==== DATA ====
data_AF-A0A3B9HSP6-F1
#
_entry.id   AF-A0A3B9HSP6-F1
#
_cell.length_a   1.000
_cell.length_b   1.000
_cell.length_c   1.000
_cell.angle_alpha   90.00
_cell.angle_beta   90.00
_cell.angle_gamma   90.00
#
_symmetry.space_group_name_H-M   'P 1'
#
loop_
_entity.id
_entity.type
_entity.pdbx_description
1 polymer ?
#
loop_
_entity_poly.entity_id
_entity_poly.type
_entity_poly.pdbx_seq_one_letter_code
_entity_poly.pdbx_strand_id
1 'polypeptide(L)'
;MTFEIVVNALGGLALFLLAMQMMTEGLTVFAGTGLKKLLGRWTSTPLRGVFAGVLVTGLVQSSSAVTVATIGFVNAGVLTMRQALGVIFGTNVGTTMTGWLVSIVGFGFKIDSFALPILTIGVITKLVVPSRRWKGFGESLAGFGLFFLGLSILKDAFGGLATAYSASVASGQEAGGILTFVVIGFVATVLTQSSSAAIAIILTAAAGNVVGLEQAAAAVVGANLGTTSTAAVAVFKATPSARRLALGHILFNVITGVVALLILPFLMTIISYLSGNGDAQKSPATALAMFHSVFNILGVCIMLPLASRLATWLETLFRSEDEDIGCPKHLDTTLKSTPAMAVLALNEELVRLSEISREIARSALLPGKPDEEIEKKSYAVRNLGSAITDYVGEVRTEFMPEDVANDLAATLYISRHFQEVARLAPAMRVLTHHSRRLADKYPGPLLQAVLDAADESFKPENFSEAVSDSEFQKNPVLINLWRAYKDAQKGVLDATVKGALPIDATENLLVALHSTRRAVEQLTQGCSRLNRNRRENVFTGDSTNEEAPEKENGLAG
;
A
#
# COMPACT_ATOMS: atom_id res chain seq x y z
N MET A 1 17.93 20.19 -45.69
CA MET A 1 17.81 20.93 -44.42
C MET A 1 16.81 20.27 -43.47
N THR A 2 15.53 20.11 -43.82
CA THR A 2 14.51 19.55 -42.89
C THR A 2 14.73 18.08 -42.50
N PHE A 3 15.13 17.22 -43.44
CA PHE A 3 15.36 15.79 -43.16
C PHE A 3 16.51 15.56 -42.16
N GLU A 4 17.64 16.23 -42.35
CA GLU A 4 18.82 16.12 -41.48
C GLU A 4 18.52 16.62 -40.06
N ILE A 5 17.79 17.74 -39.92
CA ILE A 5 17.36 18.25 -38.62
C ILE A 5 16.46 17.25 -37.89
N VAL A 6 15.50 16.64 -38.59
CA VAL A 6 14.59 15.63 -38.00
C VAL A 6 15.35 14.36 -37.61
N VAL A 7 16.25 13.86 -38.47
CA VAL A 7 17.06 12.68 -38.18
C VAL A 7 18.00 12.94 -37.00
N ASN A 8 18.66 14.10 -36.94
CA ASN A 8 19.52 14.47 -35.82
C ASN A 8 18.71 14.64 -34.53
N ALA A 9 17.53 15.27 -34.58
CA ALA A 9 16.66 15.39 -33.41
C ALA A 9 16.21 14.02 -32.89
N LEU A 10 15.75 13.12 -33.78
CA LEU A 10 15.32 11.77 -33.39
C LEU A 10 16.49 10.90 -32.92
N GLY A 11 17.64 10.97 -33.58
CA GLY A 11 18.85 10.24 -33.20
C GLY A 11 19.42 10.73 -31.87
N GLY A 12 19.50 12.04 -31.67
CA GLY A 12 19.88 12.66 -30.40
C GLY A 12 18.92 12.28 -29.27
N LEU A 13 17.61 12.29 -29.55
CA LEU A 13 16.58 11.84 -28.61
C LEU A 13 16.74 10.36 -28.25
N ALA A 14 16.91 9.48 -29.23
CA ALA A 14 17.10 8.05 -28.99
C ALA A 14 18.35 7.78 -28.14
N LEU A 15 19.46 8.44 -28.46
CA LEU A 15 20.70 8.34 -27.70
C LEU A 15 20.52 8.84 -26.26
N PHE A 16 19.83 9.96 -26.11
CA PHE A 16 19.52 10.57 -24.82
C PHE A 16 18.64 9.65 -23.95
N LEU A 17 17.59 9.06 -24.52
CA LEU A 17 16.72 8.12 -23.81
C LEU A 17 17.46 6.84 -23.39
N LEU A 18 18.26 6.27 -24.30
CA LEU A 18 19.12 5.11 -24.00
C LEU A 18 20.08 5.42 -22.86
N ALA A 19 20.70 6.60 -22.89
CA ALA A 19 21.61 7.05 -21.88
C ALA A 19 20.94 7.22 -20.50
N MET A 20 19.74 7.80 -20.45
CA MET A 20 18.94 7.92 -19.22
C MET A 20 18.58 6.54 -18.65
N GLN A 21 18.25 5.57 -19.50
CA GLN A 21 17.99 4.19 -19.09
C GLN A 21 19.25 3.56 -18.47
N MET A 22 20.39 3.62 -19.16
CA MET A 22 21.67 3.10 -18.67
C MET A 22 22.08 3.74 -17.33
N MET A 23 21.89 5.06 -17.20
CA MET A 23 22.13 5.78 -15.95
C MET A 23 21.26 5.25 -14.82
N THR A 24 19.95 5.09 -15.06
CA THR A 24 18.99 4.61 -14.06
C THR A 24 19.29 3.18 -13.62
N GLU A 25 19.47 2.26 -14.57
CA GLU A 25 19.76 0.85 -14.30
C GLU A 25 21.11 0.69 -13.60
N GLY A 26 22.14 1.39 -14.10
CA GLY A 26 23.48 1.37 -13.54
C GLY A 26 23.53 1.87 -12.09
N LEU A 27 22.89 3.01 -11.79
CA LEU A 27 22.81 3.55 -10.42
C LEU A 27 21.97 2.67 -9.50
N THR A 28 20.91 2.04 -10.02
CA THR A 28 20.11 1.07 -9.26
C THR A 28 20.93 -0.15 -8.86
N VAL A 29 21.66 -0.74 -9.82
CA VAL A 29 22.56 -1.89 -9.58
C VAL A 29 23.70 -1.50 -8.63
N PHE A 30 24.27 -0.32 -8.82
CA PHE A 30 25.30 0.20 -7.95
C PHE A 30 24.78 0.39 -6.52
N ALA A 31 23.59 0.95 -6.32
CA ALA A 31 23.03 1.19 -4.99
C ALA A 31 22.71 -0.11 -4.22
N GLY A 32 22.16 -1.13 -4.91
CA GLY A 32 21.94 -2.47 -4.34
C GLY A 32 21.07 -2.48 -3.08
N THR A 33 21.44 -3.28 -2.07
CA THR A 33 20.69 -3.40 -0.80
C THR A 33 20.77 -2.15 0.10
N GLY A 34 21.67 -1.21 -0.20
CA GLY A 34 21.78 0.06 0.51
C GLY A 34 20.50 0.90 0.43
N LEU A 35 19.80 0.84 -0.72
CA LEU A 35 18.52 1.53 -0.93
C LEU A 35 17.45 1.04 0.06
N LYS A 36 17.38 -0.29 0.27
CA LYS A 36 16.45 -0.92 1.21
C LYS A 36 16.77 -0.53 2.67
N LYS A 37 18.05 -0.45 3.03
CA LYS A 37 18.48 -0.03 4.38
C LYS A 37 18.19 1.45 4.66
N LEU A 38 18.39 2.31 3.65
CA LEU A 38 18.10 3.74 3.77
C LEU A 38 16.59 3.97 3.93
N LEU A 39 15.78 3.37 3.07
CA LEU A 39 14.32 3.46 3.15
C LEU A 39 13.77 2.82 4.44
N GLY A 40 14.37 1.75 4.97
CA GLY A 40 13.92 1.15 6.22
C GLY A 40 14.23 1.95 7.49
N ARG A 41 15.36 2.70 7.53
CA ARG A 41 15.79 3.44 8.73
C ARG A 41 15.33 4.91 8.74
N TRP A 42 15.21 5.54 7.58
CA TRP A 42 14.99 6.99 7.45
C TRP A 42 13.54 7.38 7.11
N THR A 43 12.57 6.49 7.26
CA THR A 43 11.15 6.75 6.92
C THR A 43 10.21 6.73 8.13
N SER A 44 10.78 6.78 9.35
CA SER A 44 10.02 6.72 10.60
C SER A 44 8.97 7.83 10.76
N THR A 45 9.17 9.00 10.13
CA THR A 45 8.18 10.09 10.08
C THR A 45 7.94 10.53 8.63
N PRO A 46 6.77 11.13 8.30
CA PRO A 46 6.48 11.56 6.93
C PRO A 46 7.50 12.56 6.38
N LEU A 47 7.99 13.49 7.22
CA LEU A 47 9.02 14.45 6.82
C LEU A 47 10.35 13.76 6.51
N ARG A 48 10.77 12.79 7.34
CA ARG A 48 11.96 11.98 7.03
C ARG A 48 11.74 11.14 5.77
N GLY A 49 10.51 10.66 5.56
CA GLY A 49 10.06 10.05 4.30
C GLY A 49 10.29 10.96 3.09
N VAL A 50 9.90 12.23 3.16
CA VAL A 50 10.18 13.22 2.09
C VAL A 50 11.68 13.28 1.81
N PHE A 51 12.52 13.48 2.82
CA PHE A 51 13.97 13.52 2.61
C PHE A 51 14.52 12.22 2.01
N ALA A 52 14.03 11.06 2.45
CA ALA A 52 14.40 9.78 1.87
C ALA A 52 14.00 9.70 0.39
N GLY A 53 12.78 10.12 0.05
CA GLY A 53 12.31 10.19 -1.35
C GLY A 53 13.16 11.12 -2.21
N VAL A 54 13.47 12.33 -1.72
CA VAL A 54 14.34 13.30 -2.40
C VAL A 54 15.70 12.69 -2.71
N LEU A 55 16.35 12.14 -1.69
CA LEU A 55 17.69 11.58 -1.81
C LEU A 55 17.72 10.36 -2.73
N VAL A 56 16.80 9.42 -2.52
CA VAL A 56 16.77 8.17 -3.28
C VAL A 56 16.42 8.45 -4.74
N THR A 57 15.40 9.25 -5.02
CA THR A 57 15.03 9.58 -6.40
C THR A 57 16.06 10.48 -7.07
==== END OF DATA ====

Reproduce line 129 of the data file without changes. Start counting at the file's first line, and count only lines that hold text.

C THR A 33 20.77 -2.15 0.10